Over and over, I’m asked how to determine the identity of a wagon when the maker name is lost or worn away. Rarely is there a simple response, although I've often wished for one. Answers can lie in a number of places with firsthand experience often landing at the top of the list. During the last two decades, I’ve been privileged to examine thousands of pieces and those encounters can be a tremendous resource in any review. An equally important asset is the amount of original builder literature we have in our Wheels That Won The West® Archives. Done correctly, these assessments involve an overlay of the vehicle with numerous primary source materials, using them as a solid and supportable measure of individual vehicle features.
Since time can result in adaptations to even the most seemingly correct pieces, the identification process requires that elements of the box and gear be studied closely to help confirm a maker as well as levels of authenticity. In a nutshell, there are three areas that must be thoroughly evaluated in order to reach a supportable conclusion in any reliable evaluation. Those segments involve the original surviving portions of a wagon’s paint, wood, and metal work. Each area can offer numerous clues pointing to a possible maker. Likewise, each area is suspect until the originality of the specific piece can be resolved.
This small section of a pre-1900 illustration provides well over a dozen accurate clues pointing to a particular maker.
I’ve written this blog as a reminder of the potential disappointments waiting when quick determinations are based solely on superficial details. In particular, transitory pieces like end gates, spring seats, tongues, and doubletree/singletrees cannot be looked upon as singularly conclusive sources of a wagon’s identity. Even the box should be reviewed to assure a match to the running gear. The reason? Over the years, these pieces can become separated with substitutions easily made. While each of these parts can support maker details noted elsewhere on the wagon, no solitary part should ever by relied upon as confirmation of an entire vehicle’s identity.
As I’ve shared in previous writings and event presentations, there are literally hundreds of differences that can be pointed out between different brands of farm, freight, and ranch wagons. From axle shapes and bed measurements to box rods, hound configurations, wheel designs, circle irons, and so much more, the amount of subtle but crucial differences can be staggering. Over the years, I’ve catalogued at least three dozen potential variations in just the spring seats alone. Multiple considerations involving the seat hangers, spring designs, support blocks, bracing elements, and shape of the seat back go well beyond the basic measurements and are just a few points that help confirm whether a piece is both correct for the maker as well as the era represented by the rest of the wagon.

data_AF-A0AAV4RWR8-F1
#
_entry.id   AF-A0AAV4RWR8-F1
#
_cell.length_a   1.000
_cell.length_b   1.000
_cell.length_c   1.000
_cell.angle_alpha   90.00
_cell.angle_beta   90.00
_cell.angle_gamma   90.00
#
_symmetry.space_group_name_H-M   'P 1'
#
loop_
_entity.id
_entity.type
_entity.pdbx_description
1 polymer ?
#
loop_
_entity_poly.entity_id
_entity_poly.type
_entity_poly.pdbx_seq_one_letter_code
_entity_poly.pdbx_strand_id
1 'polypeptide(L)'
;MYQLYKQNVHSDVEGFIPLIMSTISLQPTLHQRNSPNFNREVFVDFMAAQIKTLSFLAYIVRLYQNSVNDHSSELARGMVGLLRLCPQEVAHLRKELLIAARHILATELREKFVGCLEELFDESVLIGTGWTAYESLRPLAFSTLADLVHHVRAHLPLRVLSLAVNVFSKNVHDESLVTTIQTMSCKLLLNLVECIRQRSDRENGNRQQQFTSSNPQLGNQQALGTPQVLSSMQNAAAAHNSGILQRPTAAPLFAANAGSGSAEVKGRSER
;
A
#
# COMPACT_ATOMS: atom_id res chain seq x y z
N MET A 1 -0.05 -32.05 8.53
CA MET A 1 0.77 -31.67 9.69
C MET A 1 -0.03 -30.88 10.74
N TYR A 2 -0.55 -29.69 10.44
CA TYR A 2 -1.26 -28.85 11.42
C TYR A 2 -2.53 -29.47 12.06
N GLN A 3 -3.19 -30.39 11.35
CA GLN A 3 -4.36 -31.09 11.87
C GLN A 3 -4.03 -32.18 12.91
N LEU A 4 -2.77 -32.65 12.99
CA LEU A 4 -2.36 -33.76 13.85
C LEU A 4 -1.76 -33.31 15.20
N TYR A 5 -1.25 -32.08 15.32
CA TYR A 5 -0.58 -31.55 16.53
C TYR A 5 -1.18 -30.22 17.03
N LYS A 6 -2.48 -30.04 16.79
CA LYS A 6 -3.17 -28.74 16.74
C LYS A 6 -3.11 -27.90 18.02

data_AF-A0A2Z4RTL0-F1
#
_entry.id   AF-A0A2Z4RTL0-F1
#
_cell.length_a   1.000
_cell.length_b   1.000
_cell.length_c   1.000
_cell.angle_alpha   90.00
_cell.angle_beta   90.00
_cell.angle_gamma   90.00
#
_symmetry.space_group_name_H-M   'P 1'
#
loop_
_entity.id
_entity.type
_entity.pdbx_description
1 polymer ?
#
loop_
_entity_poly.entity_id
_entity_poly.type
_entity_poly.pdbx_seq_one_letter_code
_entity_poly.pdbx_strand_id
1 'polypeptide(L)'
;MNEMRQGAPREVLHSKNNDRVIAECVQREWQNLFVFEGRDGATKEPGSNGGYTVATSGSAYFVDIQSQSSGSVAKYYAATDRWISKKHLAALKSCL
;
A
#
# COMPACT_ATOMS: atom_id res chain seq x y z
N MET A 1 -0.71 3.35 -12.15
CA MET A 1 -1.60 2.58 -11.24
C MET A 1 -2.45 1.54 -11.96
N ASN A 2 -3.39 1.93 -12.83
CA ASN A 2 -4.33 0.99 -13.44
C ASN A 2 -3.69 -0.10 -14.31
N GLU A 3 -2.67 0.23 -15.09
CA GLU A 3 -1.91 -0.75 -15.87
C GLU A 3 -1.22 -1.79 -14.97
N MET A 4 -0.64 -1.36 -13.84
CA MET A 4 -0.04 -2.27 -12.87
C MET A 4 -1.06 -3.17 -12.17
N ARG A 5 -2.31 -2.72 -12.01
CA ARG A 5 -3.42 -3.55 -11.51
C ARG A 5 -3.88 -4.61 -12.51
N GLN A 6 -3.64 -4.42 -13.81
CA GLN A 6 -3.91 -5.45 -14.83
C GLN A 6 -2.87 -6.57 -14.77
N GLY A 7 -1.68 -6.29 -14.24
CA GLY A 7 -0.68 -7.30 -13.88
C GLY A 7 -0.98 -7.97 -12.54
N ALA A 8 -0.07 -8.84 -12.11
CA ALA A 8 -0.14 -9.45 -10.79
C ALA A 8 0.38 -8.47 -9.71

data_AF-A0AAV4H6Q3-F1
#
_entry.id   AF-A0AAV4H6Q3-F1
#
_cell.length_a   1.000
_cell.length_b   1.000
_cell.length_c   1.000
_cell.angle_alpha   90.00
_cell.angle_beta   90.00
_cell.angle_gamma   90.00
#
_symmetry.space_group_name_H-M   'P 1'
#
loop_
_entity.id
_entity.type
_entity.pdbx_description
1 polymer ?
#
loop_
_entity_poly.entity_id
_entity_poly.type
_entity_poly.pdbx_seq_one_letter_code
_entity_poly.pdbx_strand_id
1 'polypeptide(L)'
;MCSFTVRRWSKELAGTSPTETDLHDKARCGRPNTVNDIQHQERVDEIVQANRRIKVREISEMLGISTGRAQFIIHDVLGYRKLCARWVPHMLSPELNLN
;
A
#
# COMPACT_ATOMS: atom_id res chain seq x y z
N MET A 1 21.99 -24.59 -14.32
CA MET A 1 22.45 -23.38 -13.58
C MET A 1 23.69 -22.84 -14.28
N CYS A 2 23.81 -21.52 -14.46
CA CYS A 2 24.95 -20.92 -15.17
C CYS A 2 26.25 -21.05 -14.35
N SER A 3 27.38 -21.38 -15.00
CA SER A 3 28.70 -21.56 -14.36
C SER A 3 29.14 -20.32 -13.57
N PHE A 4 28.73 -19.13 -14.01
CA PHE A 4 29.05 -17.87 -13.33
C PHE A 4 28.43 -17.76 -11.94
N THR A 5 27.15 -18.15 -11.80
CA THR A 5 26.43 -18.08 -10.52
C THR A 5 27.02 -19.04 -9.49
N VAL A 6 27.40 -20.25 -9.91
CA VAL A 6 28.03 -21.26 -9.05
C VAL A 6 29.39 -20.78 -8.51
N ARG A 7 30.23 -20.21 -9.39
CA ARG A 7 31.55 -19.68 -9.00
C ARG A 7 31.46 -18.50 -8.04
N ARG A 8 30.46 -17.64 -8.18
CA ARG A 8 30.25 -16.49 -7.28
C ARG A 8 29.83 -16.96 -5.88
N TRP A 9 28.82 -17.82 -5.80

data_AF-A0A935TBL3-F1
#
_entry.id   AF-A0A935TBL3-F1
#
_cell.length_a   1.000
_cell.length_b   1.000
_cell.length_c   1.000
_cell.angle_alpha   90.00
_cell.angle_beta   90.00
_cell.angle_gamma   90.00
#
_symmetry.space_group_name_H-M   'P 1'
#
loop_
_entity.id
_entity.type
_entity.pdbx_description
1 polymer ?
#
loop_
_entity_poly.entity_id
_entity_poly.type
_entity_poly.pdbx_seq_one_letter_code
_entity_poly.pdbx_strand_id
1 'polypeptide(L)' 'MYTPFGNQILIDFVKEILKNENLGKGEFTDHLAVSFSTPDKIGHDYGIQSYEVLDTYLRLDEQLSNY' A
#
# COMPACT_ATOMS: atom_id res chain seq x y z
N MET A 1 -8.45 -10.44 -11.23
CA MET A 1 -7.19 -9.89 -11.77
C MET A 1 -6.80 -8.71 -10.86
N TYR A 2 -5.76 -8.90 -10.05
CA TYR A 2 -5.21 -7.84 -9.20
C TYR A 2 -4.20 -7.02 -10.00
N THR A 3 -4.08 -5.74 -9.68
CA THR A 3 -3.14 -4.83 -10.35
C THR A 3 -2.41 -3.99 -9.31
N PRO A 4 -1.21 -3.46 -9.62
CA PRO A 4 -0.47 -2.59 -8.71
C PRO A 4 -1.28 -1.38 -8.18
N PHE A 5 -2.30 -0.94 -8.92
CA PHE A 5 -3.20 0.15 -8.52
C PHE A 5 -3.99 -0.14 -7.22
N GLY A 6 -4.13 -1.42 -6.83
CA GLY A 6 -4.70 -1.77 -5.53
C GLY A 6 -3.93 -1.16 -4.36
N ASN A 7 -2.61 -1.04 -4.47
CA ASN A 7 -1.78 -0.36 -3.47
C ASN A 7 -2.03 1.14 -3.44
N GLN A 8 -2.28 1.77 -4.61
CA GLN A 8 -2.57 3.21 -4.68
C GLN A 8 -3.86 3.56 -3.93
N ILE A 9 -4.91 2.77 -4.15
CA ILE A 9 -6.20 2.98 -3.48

Period photos combined with early literature can prove invaluable when authenticating seats and other elements of surviving wagons.
Endgates are another constant source of contention. Because they are easily removed and can be replaced over time, it often requires the assistance from numerous primary source materials to confirm everything from hardware and special features to position and overall design. Over and over, I’ve wished the subject were simpler but, the fact remains, these early wagons were (and are) complex machines designed for even more challenging work.
Knowing the correct hardware and woodwork configurations for a particular brand (and particular era) is essential to the serious collector of early wagons.
From the beginnings of my own collecting, my desire has been to help preserve the highest levels of originality in early wagons and western vehicles. Ultimately, it’s a service to future generations for each of us to help pass along the greatest truths of these wheeled workhorses. Likewise, for a person desiring to collect truly original pieces, this information is vitally important as it directly impacts the perceptions, integrity, and sustainable worth of a set of wheels.